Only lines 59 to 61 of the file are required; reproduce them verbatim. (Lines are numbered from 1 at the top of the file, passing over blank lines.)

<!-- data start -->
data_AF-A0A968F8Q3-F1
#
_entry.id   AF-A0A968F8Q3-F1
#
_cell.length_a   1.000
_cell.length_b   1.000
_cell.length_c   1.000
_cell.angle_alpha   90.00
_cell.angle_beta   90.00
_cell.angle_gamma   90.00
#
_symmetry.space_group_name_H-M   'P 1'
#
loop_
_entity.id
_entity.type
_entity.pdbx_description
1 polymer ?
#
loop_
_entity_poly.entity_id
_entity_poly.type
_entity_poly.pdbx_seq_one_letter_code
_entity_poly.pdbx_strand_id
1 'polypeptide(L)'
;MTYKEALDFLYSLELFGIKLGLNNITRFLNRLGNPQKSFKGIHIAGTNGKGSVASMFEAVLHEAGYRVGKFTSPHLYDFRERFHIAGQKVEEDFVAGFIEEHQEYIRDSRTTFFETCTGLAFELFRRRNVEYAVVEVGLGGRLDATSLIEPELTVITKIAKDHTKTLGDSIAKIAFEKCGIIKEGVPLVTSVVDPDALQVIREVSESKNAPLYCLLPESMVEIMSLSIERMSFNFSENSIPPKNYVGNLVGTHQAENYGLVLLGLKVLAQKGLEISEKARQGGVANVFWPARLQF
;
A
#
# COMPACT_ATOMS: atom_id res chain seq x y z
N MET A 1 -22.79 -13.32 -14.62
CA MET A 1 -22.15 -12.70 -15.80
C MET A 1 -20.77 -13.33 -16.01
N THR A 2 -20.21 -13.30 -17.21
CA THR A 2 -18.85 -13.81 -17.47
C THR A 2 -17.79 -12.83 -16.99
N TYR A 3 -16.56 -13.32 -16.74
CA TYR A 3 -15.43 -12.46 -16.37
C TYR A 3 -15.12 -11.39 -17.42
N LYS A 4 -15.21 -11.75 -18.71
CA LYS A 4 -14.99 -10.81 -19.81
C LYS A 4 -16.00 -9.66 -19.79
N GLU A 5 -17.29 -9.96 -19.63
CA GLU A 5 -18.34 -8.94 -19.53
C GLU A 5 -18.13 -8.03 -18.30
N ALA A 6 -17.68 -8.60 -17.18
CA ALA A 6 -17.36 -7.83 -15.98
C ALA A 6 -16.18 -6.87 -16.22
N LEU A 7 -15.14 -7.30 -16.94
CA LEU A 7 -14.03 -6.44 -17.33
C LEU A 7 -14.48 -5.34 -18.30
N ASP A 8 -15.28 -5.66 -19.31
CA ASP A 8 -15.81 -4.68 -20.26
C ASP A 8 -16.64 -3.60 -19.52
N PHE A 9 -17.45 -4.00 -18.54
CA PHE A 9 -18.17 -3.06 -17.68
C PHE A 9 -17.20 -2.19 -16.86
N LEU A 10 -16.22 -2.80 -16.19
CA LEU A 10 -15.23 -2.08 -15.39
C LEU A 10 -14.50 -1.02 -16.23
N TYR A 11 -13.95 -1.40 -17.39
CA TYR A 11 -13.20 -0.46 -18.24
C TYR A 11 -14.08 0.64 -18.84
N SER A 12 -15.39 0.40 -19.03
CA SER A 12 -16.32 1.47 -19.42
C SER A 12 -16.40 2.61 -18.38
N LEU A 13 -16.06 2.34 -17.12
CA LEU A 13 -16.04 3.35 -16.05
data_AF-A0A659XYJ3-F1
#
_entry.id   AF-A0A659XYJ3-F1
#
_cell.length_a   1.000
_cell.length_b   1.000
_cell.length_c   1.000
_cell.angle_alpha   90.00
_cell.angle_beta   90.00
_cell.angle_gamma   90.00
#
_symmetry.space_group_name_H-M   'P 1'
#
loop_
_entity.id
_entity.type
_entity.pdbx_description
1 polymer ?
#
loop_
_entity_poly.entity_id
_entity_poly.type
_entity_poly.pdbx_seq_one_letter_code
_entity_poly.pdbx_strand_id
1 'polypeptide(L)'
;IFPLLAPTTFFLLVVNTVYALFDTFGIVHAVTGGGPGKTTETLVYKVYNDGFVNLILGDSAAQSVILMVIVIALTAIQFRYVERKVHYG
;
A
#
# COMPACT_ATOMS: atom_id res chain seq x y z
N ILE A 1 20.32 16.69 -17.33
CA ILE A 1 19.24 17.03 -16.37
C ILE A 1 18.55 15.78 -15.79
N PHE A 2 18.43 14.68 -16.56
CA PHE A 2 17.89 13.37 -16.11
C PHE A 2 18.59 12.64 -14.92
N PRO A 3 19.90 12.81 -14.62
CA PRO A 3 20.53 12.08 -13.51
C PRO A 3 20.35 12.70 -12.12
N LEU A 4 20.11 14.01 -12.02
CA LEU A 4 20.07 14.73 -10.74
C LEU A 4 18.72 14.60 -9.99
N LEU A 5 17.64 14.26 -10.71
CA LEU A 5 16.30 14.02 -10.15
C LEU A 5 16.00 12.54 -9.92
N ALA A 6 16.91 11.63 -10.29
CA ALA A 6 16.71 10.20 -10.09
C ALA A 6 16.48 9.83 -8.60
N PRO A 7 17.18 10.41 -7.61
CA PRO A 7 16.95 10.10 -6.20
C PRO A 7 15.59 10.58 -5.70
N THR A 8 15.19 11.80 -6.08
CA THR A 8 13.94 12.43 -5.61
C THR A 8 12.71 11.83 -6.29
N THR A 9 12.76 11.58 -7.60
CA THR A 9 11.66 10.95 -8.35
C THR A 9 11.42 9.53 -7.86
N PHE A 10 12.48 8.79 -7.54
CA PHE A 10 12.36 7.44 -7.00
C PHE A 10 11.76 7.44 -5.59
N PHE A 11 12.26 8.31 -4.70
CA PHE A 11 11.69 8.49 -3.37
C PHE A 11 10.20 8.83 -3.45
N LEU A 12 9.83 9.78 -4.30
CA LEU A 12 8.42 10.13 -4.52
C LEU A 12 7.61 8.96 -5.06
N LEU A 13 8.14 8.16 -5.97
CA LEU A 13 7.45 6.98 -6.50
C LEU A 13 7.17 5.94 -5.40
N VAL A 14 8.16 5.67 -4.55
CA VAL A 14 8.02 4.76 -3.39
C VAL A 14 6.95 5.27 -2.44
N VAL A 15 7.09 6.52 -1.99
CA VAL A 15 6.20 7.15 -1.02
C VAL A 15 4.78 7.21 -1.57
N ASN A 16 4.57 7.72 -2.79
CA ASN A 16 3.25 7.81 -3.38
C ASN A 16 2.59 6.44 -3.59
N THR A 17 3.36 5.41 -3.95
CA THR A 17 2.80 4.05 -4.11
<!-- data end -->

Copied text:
CA LEU A 10 -15.23 -2.08 -15.39
C LEU A 10 -14.50 -1.02 -16.23
N TYR A 11 -13.95 -1.40 -17.39